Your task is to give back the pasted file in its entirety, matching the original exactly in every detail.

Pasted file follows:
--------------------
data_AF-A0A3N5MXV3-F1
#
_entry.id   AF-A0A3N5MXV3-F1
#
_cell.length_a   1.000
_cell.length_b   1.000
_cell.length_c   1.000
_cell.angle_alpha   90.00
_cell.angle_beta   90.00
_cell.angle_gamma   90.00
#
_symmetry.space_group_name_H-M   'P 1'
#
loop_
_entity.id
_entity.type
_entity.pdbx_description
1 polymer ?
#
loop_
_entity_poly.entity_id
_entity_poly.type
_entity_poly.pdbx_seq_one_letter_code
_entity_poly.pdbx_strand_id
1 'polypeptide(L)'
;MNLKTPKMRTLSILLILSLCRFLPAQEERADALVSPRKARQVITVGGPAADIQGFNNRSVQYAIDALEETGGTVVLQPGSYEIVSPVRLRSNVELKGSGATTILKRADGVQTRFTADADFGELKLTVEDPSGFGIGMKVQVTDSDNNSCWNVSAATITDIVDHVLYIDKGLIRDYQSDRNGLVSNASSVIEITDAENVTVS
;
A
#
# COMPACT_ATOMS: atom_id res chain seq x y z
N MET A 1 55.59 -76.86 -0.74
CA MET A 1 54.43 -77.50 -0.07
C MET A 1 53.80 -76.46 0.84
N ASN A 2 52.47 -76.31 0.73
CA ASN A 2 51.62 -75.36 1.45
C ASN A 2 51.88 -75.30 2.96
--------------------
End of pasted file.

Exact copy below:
data_AF-A0A3N5MXV3-F1
#
_entry.id   AF-A0A3N5MXV3-F1
#
_cell.length_a   1.000
_cell.length_b   1.000
_cell.length_c   1.000
_cell.angle_alpha   90.00
_cell.angle_beta   90.00
_cell.angle_gamma   90.00
#
_symmetry.space_group_name_H-M   'P 1'
#
loop_
_entity.id
_entity.type
_entity.pdbx_description
1 polymer ?
#
loop_
_entity_poly.entity_id
_entity_poly.type
_entity_poly.pdbx_seq_one_letter_code
_entity_poly.pdbx_strand_id
1 'polypeptide(L)'
;MNLKTPKMRTLSILLILSLCRFLPAQEERADALVSPRKARQVITVGGPAADIQGFNNRSVQYAIDALEETGGTVVLQPGSYEIVSPVRLRSNVELKGSGATTILKRADGVQTRFTADADFGELKLTVEDPSGFGIGMKVQVTDSDNNSCWNVSAATITDIVDHVLYIDKGLIRDYQSDRNGLVSNASSVIEITDAENVTVS
;
A
#
# COMPACT_ATOMS: atom_id res chain seq x y z
N MET A 1 55.59 -76.86 -0.74
CA MET A 1 54.43 -77.50 -0.07
C MET A 1 53.80 -76.46 0.84
N ASN A 2 52.47 -76.31 0.73
CA ASN A 2 51.62 -75.36 1.45
C ASN A 2 51.88 -75.30 2.96